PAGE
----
Michigan had the highest per capita rate of reported identity theft complaints, followed by Florida and Delaware.
Although EMV chip cards have reduced counterfeit fraud, there has been a rise in “card not present” (CNP) fraud. CNP fraud refers to transactions, such as those made over the phone, internet, or mail order, where the cardholder doesn’t physically present the card to the merchant.
According to a 2017 report by the US Payments Forum, the enhanced security of chip cards has forced criminals to shift their focus to CNP transactions. The United States, with 77 percent of its merchants engaged in e-commerce sales, is particularly vulnerable to CNP fraud.
The Payments Forum report predicts that the implementation of EMV technology will lead to an increase in CNP fraud in the U.S., projecting the amount to rise from $3.1 billion in 2015 to $6.4 billion in 2018.
The Impact of EMV Migration on Fraud:
The significant development in the United States’ credit card fraud landscape over the past few years has been the transition from magnetic stripe readers to EMV smart chip authentication at payment terminals. A major milestone was achieved on October 1, 2015, with the liability shift, which placed the cost of card-present fraud on retailers or card issuers that had not upgraded to the new system.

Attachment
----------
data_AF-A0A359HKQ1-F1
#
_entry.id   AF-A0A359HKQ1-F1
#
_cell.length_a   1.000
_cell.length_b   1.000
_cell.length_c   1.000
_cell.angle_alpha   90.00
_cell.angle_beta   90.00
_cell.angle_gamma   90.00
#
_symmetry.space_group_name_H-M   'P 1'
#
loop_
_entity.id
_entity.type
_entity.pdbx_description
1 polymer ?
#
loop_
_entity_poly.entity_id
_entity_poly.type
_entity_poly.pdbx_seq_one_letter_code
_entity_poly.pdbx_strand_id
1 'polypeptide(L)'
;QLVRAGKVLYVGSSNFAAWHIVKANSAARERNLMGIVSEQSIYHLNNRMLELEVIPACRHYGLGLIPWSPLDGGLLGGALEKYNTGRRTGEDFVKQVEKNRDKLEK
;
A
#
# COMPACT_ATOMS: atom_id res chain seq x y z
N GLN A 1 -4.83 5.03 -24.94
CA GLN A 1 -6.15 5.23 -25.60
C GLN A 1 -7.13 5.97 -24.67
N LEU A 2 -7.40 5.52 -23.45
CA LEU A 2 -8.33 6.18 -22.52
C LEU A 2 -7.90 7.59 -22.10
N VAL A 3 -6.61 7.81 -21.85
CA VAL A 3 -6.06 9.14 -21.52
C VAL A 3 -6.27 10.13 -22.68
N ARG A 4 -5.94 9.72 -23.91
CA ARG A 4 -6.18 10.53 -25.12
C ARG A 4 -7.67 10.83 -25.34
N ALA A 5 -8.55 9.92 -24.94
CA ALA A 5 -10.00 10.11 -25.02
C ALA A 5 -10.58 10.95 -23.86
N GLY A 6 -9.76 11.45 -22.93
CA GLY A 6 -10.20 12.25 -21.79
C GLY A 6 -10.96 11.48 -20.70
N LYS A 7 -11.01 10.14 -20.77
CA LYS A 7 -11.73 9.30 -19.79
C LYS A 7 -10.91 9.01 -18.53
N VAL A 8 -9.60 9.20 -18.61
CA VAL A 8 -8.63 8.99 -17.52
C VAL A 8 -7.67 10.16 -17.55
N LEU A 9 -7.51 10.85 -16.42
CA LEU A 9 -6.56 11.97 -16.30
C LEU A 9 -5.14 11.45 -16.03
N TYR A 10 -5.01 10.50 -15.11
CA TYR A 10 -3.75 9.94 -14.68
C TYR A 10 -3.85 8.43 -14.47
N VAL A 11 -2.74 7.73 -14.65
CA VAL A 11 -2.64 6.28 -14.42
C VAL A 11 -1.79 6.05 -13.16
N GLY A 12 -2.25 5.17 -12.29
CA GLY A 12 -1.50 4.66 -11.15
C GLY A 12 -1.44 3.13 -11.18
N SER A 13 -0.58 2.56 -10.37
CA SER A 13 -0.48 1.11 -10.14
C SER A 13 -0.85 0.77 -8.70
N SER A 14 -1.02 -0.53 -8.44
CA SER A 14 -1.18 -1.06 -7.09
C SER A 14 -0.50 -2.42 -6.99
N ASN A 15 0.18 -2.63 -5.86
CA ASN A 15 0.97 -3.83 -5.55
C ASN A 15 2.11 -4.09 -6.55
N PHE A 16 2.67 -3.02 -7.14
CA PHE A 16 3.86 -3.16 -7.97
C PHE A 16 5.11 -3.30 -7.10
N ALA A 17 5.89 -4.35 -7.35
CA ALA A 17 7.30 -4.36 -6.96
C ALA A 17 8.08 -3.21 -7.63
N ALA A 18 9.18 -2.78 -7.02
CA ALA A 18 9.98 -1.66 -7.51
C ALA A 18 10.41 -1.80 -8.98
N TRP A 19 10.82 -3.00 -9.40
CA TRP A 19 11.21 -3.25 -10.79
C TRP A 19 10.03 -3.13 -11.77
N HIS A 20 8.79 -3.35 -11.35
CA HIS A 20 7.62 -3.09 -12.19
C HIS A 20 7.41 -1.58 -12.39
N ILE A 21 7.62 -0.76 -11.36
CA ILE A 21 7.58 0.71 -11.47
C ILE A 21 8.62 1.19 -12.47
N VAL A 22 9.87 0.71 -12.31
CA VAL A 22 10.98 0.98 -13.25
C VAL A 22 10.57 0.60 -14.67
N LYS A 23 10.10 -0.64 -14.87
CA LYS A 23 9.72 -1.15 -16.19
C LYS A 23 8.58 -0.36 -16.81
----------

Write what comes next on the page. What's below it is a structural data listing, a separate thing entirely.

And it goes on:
Globally, during Q4 2016, 52.4 percent of card-present transactions used EMV technology. In the U.S., however, only 18.61 percent of card-present transactions utilized EMV chips for authentication during the same period. Nevertheless, this number is steadily increasing.
An analysis of Mastercard fraud reports from a collection of large chip-enabled U.S. merchants reveals that in January 2016, counterfeit fraud decreased by 27 percent in terms of overall U.S. dollar volume compared to January 2015, before the liability shift.
Impacts on Fraud Victims:
The “Identity Theft: The Aftermath 2016” report by the Identity Theft Resource Center highlighted that nearly 20 percent of Americans surveyed in 2015 had fallen victim to some form of criminal identity theft. Among these victims, 9.2 percent reported that their identities were used to commit financial crimes leading to arrest warrants.
The repercussions of criminal identity theft are significant. Among the victims, 55 percent missed work, 44 percent lost employment opportunities, 60.7 percent borrowed money, and 29.5 percent sought government assistance such as welfare or food stamps. Moreover, 33.3 percent reduced their use of online accounts, 34.3 percent closed existing financial accounts, 3.5 percent obtained bank loans, and 8.1 percent resorted to payday loans.
In 2015, 60 percent of respondents reported being victims of new account fraud, with 38.5 percent stating that new credit card accounts were opened in their names and 19.1 percent indicating new checking or savings accounts were opened. Additionally, 46 percent reported fraudulent activity on existing accounts, with 25.7 percent mentioning charges made to existing credit cards and 21.4 percent noting transactions on existing checking or savings accounts.
Of those who experienced fraud on existing accounts, 22.4 percent changed credit card companies.